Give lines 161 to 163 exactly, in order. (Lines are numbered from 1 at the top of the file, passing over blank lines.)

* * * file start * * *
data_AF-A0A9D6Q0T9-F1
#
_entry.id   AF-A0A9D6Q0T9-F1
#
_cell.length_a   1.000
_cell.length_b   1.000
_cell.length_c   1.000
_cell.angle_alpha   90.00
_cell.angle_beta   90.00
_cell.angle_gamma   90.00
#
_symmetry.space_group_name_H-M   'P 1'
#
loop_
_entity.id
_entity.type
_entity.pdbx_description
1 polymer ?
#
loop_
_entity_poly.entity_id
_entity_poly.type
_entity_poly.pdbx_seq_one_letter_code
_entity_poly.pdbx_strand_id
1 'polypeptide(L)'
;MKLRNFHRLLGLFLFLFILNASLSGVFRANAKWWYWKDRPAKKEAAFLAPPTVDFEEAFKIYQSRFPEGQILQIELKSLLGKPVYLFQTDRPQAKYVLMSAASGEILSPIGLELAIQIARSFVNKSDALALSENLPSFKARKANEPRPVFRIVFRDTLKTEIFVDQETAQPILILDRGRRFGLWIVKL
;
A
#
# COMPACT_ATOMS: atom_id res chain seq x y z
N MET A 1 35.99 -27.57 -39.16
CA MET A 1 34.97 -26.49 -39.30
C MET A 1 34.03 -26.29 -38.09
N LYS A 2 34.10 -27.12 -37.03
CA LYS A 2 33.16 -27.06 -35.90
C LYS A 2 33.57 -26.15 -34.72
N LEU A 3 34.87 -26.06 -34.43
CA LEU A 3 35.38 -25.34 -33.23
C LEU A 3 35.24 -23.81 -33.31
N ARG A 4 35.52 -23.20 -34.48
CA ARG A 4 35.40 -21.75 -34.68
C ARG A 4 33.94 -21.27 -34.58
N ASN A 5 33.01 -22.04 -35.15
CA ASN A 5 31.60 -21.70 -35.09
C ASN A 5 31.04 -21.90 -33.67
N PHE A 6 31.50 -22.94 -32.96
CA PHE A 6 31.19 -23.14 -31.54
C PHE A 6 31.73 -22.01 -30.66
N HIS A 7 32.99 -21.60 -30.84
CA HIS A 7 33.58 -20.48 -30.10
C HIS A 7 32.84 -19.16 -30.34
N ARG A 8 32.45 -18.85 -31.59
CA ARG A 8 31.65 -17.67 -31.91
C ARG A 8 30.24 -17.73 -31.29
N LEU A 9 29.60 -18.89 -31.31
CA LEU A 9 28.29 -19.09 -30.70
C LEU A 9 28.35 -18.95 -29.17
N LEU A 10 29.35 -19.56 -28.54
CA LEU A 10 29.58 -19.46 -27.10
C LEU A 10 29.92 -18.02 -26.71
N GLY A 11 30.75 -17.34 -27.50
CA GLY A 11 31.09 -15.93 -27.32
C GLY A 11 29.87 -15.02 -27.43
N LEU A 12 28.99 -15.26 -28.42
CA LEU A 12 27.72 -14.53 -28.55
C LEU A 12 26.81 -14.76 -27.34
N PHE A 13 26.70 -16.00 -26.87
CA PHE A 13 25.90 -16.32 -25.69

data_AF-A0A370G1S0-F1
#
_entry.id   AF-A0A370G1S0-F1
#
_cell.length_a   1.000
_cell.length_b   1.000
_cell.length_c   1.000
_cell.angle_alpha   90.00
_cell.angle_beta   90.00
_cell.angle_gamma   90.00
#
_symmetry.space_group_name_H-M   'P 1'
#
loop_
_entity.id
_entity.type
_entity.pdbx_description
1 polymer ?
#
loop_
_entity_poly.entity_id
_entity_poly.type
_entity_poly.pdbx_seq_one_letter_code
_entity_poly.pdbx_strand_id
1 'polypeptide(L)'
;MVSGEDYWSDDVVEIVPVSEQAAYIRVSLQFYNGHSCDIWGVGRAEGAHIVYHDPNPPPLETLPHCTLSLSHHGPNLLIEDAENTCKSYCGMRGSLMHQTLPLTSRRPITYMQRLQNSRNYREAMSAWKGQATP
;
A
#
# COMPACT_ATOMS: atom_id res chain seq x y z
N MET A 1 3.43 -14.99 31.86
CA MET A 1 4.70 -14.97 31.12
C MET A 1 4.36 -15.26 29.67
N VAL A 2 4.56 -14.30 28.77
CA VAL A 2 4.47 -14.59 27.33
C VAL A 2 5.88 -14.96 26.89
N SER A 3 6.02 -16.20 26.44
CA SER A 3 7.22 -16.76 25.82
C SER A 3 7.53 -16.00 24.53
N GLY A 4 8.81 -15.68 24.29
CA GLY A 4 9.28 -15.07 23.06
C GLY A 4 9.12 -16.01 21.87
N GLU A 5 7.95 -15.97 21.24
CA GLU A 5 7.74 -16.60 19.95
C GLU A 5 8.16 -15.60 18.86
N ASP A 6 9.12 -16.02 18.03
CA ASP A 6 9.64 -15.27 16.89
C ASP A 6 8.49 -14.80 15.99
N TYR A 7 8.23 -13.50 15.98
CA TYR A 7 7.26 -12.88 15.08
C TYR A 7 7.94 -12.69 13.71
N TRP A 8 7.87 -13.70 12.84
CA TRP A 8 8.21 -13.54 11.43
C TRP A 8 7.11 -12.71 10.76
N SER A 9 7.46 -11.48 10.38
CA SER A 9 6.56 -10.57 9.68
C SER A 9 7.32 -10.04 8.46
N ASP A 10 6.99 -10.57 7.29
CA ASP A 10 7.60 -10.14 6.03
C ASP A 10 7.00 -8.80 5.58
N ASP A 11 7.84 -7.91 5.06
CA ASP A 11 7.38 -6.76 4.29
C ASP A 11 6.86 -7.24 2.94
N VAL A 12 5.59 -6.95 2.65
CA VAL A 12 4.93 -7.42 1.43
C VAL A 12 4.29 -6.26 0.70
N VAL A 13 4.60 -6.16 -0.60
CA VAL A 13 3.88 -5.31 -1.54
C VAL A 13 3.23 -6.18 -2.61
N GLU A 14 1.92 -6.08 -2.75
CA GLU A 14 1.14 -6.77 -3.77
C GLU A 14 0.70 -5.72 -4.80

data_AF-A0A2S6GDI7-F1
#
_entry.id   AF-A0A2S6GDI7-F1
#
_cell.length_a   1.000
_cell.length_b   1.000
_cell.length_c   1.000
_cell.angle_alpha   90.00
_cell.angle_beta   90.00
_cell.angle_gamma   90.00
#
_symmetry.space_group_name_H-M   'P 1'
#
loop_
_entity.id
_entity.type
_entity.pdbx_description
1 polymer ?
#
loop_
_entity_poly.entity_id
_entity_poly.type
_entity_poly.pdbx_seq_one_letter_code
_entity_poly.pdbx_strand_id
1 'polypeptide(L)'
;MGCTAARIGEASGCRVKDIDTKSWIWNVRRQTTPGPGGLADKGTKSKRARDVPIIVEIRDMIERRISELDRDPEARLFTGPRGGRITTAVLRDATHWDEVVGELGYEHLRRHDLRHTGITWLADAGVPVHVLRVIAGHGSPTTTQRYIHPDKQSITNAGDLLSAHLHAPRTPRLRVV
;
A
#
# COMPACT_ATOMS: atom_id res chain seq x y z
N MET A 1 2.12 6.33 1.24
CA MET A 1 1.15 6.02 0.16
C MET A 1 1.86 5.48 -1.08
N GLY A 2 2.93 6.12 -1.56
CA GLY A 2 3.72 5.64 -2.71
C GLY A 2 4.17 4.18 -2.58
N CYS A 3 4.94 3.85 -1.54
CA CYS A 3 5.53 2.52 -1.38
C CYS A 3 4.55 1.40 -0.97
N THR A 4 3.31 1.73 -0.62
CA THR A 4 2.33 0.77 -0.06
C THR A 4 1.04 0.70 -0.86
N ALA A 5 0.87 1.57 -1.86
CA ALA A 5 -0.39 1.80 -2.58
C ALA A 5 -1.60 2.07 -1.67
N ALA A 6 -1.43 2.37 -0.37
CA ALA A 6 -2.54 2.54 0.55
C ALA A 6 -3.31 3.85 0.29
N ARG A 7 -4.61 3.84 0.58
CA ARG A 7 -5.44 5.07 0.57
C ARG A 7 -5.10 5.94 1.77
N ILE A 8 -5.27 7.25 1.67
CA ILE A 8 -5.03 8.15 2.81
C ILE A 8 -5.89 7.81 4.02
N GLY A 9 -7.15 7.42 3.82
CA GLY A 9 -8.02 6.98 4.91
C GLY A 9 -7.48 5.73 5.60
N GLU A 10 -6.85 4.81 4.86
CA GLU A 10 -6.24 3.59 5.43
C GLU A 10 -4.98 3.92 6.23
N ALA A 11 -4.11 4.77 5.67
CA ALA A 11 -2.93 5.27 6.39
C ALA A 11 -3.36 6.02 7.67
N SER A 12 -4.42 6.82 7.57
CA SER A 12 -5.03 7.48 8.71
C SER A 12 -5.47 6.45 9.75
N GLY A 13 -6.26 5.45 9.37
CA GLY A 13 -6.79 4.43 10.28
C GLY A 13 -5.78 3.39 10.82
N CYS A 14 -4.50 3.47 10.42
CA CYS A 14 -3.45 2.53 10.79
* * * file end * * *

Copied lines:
_entity_poly.entity_id
_entity_poly.type
_entity_poly.pdbx_seq_one_letter_code